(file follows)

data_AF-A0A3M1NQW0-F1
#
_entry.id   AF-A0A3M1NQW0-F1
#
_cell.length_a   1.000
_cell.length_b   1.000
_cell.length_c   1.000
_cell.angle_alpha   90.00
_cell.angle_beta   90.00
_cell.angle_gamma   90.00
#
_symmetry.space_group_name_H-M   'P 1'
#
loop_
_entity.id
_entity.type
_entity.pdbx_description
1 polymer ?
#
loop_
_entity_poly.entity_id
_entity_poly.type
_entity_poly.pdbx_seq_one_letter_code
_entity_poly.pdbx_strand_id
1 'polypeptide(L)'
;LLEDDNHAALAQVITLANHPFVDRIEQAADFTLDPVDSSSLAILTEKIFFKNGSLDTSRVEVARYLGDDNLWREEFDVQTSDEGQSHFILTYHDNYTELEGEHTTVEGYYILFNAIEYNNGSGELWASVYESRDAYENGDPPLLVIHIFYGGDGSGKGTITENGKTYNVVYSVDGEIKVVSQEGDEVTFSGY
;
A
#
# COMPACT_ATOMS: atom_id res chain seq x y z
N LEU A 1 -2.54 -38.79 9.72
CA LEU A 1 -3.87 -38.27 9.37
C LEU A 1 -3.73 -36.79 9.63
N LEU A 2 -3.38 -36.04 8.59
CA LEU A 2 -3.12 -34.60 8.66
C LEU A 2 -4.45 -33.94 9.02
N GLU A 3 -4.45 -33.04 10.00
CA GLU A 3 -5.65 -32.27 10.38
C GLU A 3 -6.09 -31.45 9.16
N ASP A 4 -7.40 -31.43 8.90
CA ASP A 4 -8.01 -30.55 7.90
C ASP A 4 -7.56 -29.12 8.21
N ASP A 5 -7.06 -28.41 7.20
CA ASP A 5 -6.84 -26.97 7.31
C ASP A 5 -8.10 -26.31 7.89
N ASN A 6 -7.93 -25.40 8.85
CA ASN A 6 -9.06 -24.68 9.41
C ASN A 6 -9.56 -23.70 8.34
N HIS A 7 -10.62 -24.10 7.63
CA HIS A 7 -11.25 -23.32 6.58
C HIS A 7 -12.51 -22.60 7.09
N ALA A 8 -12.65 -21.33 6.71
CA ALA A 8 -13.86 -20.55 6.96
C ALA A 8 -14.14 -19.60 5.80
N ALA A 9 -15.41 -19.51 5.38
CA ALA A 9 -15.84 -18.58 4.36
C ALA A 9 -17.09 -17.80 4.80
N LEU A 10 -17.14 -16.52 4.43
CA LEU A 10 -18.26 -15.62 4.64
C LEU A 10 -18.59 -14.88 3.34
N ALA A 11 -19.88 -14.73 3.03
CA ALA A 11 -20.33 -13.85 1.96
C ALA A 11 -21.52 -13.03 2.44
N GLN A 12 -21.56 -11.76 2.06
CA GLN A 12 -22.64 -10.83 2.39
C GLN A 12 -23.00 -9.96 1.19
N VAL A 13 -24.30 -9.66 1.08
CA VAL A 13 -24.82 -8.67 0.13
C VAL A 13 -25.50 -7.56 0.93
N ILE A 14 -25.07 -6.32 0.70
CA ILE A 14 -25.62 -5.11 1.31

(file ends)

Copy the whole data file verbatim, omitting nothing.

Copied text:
data_AF-A0A3M1NQW0-F1
#
_entry.id   AF-A0A3M1NQW0-F1
#
_cell.length_a   1.000
_cell.length_b   1.000
_cell.length_c   1.000
_cell.angle_alpha   90.00
_cell.angle_beta   90.00
_cell.angle_gamma   90.00
#
_symmetry.space_group_name_H-M   'P 1'
#
loop_
_entity.id
_entity.type
_entity.pdbx_description
1 polymer ?
#
loop_
_entity_poly.entity_id
_entity_poly.type
_entity_poly.pdbx_seq_one_letter_code
_entity_poly.pdbx_strand_id
1 'polypeptide(L)'
;LLEDDNHAALAQVITLANHPFVDRIEQAADFTLDPVDSSSLAILTEKIFFKNGSLDTSRVEVARYLGDDNLWREEFDVQTSDEGQSHFILTYHDNYTELEGEHTTVEGYYILFNAIEYNNGSGELWASVYESRDAYENGDPPLLVIHIFYGGDGSGKGTITENGKTYNVVYSVDGEIKVVSQEGDEVTFSGY
;
A
#
# COMPACT_ATOMS: atom_id res chain seq x y z
N LEU A 1 -2.54 -38.79 9.72
CA LEU A 1 -3.87 -38.27 9.37
C LEU A 1 -3.73 -36.79 9.63
N LEU A 2 -3.38 -36.04 8.59
CA LEU A 2 -3.12 -34.60 8.66
C LEU A 2 -4.45 -33.94 9.02
N GLU A 3 -4.45 -33.04 10.00
CA GLU A 3 -5.65 -32.27 10.38
C GLU A 3 -6.09 -31.45 9.16
N ASP A 4 -7.40 -31.43 8.90
CA ASP A 4 -8.01 -30.55 7.90
C ASP A 4 -7.56 -29.12 8.21
N ASP A 5 -7.06 -28.41 7.20
CA ASP A 5 -6.84 -26.97 7.31
C ASP A 5 -8.10 -26.31 7.89
N ASN A 6 -7.93 -25.40 8.85
CA ASN A 6 -9.06 -24.68 9.41
C ASN A 6 -9.56 -23.70 8.34
N HIS A 7 -10.62 -24.10 7.63
CA HIS A 7 -11.25 -23.32 6.58
C HIS A 7 -12.51 -22.60 7.09
N ALA A 8 -12.65 -21.33 6.71
CA ALA A 8 -13.86 -20.55 6.96
C ALA A 8 -14.14 -19.60 5.80
N ALA A 9 -15.41 -19.51 5.38
CA ALA A 9 -15.84 -18.58 4.36
C ALA A 9 -17.09 -17.80 4.80
N LEU A 10 -17.14 -16.52 4.43
CA LEU A 10 -18.26 -15.62 4.64
C LEU A 10 -18.59 -14.88 3.34
N ALA A 11 -19.88 -14.73 3.03
CA ALA A 11 -20.33 -13.85 1.96
C ALA A 11 -21.52 -13.03 2.44
N GLN A 12 -21.56 -11.76 2.06
CA GLN A 12 -22.64 -10.83 2.39
C GLN A 12 -23.00 -9.96 1.19
N VAL A 13 -24.30 -9.66 1.08
CA VAL A 13 -24.82 -8.67 0.13
C VAL A 13 -25.50 -7.56 0.93
N ILE A 14 -25.07 -6.32 0.70
CA ILE A 14 -25.62 -5.11 1.31